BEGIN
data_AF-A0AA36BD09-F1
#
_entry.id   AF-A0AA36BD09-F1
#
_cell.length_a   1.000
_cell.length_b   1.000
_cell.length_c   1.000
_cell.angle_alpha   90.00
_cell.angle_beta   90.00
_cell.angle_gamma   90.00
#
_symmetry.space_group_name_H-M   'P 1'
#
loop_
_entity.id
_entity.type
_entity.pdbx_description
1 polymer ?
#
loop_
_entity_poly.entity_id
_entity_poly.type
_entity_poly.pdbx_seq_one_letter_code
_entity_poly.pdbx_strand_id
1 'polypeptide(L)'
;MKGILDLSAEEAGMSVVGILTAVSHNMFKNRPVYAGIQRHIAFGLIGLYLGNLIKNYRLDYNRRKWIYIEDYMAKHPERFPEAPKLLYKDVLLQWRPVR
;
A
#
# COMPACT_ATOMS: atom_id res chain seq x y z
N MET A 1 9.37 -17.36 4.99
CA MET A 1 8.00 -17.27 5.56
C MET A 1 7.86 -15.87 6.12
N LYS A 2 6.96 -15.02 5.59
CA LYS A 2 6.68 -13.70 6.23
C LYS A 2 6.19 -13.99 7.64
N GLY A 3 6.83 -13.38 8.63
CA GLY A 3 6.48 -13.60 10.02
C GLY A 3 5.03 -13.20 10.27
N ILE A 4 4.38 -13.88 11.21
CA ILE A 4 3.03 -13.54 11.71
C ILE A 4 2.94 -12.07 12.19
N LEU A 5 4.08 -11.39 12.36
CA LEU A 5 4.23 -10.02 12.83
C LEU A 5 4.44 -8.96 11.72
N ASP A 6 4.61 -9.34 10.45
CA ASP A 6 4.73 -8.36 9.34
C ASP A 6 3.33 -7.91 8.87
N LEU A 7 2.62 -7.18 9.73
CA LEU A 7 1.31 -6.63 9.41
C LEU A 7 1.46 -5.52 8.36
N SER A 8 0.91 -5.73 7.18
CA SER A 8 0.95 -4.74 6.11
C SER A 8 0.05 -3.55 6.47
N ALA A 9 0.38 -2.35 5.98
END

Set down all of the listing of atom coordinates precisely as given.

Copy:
data_AF-A0AA36BD09-F1
#
_entry.id   AF-A0AA36BD09-F1
#
_cell.length_a   1.000
_cell.length_b   1.000
_cell.length_c   1.000
_cell.angle_alpha   90.00
_cell.angle_beta   90.00
_cell.angle_gamma   90.00
#
_symmetry.space_group_name_H-M   'P 1'
#
loop_
_entity.id
_entity.type
_entity.pdbx_description
1 polymer ?
#
loop_
_entity_poly.entity_id
_entity_poly.type
_entity_poly.pdbx_seq_one_letter_code
_entity_poly.pdbx_strand_id
1 'polypeptide(L)'
;MKGILDLSAEEAGMSVVGILTAVSHNMFKNRPVYAGIQRHIAFGLIGLYLGNLIKNYRLDYNRRKWIYIEDYMAKHPERFPEAPKLLYKDVLLQWRPVR
;
A
#
# COMPACT_ATOMS: atom_id res chain seq x y z
N MET A 1 9.37 -17.36 4.99
CA MET A 1 8.00 -17.27 5.56
C MET A 1 7.86 -15.87 6.12
N LYS A 2 6.96 -15.02 5.59
CA LYS A 2 6.68 -13.70 6.23
C LYS A 2 6.19 -13.99 7.64
N GLY A 3 6.83 -13.38 8.63
CA GLY A 3 6.48 -13.60 10.02
C GLY A 3 5.03 -13.20 10.27
N ILE A 4 4.38 -13.88 11.21
CA ILE A 4 3.03 -13.54 11.71
C ILE A 4 2.94 -12.07 12.19
N LEU A 5 4.08 -11.39 12.36
CA LEU A 5 4.23 -10.02 12.83
C LEU A 5 4.44 -8.96 11.72
N ASP A 6 4.61 -9.34 10.45
CA ASP A 6 4.73 -8.36 9.34
C ASP A 6 3.33 -7.91 8.87
N LEU A 7 2.62 -7.18 9.73
CA LEU A 7 1.31 -6.63 9.41
C LEU A 7 1.46 -5.52 8.36
N SER A 8 0.91 -5.73 7.18
CA SER A 8 0.95 -4.74 6.11
C SER A 8 0.05 -3.55 6.47
N ALA A 9 0.38 -2.35 5.98